Posts from the ‘Bowmore’ Category

Bowmore Small Batch Single Malt Scotch Review

While I’m on the subject of peat, I’m going to give my thoughts on one of my new favorite winter drams – Bowmore Small Batch Bourbon Cask Matured.  I haven’t written much on the blog about Bowmore, the oldest distillery on Islay, and that is mostly because I have never been a Bowmore lover.  That is not to say there aren’t Bowmore whiskies I like, but it’s hardly my favorite Islay distillery.  I enjoy Bowmore 18 year, I have tried some very good independently bottled Bowmore juice, and The Devil’s Casks releases have been some home run hitters.  However, all of the aforementioned whiskies are expensive and not always easy to come by.  Thus, I have not discussed Bowmore a lot.  Hopefully today’s review makes moves in an upward trend.

Bowmore’s new small batch bourbon cask release replaced their Legend bottling here in the United States.  Like the Legend, this is readily available and moderately priced.  However, although neither has an age statement, I suspect the new Small Batch release has a higher percentage of some older whisky in it, as well as a higher percentage of whisky from first-fill bourbon casks.  I have no facts on that, just a hunch.  Bowmore Small Batch is bottled at 80 proof (40% abv).

The color is darker than I would expect from exclusively bourbon cask maturation leading me to believe that there is some caramel coloring in this bottle.  The nose here is not what I was expecting, it lacks the burning plastic note I get out of some young Bowmores.  Here, there is lime, honeysuckle, brine, sea spray, and damp earth.  It is really a delightful nose, although a bit thin.  The palate is light to medium in its body.  It enters with a big citrus note, salted oranges and lime zest.  It rolls into vanilla, lightly smoked earth, and salted caramel.  The finish is medium in length, with some barbeque, lime zest, and soft peat smoke.

Overall, this is a light whisky, but the flavors are in good balance, although they are not all that intense.  I probably would not pick this out as Bowmore juice were I to have tasted it blind; it lacked some typical Bowmore markers for me, which is a good thing for me because I have not always enjoyed Bowmore juice when I have tried it in the past.  This is a fine whisky, and I highly recommend it if you are someone looking for a lighter introduction into the magical island of Islay.  My grade: B-/B.  Price: $30-35/750ml.  Definitely a step-up for Bowmore’s base malt range, and a great value buy.

Advertisements

Bowmore Legend Scotch Whisky Review

Today, I am reviewing a whisky that I have been overdue in reviewing, Bowmore Legend.  This is one of the most reasonably priced single malt Scotches on the market today, especially from Islay.  At least up here in Boston, Islay malts have gone through the roof in popularity and price.  It is rare to find either Laphroaig or Ardbeg for under $55.  However, this no-age-statement Bowmore release is usually priced around $30, making it a quite reasonable purchase.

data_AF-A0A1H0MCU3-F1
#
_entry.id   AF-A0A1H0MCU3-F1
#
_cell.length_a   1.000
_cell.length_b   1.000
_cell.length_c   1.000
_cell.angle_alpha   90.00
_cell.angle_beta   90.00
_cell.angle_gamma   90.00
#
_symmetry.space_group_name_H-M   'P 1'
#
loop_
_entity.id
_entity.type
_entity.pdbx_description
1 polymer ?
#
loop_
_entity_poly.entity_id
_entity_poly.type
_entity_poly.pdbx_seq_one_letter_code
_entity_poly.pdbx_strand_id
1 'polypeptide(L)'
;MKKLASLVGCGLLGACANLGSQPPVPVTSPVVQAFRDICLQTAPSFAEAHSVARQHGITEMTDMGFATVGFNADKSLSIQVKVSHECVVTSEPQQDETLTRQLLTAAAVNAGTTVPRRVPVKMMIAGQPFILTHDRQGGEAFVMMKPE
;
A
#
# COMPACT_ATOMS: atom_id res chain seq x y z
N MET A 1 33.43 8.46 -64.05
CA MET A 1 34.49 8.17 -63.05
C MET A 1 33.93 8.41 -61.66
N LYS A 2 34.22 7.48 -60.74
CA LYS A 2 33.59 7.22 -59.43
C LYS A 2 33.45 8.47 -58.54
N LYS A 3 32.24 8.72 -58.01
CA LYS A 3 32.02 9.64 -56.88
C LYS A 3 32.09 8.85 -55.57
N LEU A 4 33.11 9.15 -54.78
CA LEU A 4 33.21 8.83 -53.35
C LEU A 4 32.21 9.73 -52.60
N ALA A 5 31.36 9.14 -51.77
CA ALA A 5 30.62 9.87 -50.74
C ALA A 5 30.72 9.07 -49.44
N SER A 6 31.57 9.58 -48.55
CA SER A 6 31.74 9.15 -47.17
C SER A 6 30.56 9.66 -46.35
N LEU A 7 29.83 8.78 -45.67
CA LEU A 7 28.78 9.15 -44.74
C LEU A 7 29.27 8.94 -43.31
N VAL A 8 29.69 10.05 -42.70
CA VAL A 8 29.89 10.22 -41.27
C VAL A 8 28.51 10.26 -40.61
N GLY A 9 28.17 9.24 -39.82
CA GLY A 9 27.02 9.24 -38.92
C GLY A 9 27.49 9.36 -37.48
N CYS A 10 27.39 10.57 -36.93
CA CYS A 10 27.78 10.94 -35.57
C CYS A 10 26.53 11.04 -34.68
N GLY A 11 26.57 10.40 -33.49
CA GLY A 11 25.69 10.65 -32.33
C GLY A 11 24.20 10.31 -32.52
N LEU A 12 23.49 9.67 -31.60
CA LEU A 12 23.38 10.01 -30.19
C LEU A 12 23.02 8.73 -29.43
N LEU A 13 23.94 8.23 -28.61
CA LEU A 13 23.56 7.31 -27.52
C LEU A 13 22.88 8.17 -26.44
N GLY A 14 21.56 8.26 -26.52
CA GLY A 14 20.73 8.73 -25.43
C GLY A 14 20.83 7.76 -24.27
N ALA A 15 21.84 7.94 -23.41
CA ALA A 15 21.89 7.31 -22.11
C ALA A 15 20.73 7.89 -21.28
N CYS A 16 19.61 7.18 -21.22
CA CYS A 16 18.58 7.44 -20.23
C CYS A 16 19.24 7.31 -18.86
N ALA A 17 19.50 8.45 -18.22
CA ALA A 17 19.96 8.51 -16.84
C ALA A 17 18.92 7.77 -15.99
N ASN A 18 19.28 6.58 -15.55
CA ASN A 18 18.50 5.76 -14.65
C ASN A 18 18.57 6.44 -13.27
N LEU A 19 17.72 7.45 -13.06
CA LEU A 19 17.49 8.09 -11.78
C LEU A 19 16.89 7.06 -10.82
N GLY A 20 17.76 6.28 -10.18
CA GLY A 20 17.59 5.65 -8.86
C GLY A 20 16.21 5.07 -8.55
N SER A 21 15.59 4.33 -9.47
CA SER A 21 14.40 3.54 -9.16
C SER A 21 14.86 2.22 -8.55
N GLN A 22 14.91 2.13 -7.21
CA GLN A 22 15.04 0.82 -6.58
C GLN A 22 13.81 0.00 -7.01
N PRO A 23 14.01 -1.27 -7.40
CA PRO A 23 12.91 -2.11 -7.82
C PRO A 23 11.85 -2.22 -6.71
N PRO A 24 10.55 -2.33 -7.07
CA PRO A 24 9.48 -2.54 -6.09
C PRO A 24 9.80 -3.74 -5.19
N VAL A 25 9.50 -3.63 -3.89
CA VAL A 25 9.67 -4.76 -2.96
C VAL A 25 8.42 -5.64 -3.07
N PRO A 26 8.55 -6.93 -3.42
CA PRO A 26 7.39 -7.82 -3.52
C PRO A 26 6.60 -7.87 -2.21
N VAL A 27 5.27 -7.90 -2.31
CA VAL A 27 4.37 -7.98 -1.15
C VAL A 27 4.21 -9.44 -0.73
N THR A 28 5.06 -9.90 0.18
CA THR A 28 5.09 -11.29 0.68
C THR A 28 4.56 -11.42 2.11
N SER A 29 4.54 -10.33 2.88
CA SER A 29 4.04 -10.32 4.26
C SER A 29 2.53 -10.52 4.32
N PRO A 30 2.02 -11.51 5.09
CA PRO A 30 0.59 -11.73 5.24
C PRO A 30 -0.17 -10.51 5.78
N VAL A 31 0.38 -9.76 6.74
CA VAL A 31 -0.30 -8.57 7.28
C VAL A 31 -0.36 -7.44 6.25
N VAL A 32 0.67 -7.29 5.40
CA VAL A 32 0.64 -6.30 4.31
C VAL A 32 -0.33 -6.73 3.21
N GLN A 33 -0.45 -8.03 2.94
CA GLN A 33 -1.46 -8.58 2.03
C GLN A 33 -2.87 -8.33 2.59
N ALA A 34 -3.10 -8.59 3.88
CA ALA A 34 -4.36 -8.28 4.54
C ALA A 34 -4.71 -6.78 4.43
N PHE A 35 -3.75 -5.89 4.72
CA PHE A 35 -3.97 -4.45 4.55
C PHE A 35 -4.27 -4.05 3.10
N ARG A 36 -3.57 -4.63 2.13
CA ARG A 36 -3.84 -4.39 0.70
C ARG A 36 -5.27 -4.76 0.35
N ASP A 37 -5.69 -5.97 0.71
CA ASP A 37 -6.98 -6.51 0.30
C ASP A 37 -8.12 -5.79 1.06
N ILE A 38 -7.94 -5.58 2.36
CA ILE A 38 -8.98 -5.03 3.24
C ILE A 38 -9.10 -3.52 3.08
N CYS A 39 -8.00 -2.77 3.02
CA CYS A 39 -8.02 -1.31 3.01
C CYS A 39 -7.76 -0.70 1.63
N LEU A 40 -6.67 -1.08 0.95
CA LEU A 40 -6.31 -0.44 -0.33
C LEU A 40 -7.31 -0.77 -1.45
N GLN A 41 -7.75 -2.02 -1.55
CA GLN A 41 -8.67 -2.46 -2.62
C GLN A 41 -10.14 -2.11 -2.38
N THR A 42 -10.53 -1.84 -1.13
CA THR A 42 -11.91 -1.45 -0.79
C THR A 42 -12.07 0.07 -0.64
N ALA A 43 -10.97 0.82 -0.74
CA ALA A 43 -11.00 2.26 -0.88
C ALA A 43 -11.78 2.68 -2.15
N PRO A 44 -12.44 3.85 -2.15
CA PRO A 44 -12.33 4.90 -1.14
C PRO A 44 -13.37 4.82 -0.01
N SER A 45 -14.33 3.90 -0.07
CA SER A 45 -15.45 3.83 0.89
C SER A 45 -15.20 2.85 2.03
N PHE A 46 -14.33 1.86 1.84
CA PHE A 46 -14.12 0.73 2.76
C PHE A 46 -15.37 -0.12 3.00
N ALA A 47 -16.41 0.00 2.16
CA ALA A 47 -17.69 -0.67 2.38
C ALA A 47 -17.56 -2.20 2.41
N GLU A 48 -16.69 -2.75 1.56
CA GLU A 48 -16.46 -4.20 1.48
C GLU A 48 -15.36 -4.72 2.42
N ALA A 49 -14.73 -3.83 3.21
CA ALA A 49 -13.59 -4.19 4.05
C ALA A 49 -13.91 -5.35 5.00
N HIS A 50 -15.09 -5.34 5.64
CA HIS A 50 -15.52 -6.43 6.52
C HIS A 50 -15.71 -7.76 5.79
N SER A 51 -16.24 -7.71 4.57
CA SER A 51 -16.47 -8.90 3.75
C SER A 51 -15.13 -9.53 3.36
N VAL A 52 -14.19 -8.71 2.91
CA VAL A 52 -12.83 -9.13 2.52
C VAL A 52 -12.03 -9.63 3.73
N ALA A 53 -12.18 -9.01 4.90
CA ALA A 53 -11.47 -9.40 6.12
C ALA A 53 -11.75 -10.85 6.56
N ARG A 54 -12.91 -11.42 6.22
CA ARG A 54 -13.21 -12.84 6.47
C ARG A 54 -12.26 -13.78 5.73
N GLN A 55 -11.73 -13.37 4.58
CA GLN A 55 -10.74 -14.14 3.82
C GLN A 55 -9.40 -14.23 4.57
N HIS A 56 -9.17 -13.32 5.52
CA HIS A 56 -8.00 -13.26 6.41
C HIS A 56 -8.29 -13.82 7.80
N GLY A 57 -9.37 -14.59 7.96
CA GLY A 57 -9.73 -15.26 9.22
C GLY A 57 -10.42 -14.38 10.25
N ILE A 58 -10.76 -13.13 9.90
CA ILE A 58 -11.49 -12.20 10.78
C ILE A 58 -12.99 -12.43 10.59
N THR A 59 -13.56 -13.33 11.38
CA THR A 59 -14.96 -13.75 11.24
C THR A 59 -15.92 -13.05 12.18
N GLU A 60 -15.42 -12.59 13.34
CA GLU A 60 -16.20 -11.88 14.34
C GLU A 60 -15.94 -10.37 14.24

Legend is the first whisky that I’ve reviewed from Bowmore, a distillery located in the middle of the Isle of Islay, across Loch Indaal from Bruichladdich.  There is quite a rich history of distilling at Bowmore.  For starters, it is the oldest distillery on Islay (est. 1779), as well as being one of the oldest distilleries in Scotland.  In the last 20 years or so, Bowmore has become famous for its Black Bowmore line, a series of vintage releases from Oloroso sherry casks.  Obviously, these old, sherried whiskies fall well beyond my price range, but I have yet to hear anyone say a marginally bad word about a Black Bowmore.  The general consensus among the “experts” is that Bowmore is a spirit best enjoyed with some age and some sherry influence.  Personally, I have always been a fan of the Bowmore 12 yr., but I have not had it in a while, and would need to refresh my memory in order to do a quality review.  I had hoped to grab a bottle of Bowmore 12 when I entered the store last month, but when I saw the Legend on sale, I grabbed this young whisky instead.  Legend is bottled at 80 proof (40% abv), and aged exclusively in ex-Bourbon barrels.

On the nose, Legend produces some lovely notes of smoked honey barbeque, earthy peat, salted pork, fresh barley, and cooked plastic.  Overall, it is a fairly acidic nose, which is a bit off putting.  The palate is rather light, but there is a nice blend of sweet honey and malt with smoked meat and peat.  The sensation is not all that far from a honey-glazed ham steak.  The finish is peaty, with some brine notes, some sweet barley, some salt, and a nice lingering vanilla.  In my opinion, water brings the peat to the fore, which dulls down the complexity of this one for me.  This is a whisky that pairs most beautifully with something sweet, like chocolate covered almonds or vanilla pudding.

I have to admit that it took me a while to warm up to Legend (or maybe the Legend took a while to warm to me).  When I first cracked the bottle, I thought the whisky was too acidic, with some raw phenolic, iodine flavors that came off rough, like nail-polish remover.  However, halfway through the bottle, the whisky has rounded out nicely into a very solid everyday Islay malt at a great price.  My Grade: B-.  Price: $30-35/750ml.  This is a good, young, medium-bodied Islay whisky that makes for a good pour day to day.  I suspect this one would work very well in an Islay-based cocktail as well.